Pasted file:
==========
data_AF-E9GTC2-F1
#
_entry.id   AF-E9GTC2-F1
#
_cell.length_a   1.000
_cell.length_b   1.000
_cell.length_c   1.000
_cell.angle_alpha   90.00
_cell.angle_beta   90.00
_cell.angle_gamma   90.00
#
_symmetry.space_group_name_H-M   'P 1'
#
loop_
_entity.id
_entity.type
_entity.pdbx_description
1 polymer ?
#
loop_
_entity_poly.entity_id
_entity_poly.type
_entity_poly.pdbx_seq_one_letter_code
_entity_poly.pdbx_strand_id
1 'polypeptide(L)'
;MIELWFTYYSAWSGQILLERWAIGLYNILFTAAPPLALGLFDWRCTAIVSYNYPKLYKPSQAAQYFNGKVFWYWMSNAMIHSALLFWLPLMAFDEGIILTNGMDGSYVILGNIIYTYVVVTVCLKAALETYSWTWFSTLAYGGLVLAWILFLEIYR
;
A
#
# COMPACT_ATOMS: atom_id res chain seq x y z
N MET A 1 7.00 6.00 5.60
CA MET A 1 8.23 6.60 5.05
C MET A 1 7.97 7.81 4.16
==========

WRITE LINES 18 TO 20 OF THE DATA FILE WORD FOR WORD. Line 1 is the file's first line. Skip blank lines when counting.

1 polymer ?
#
loop_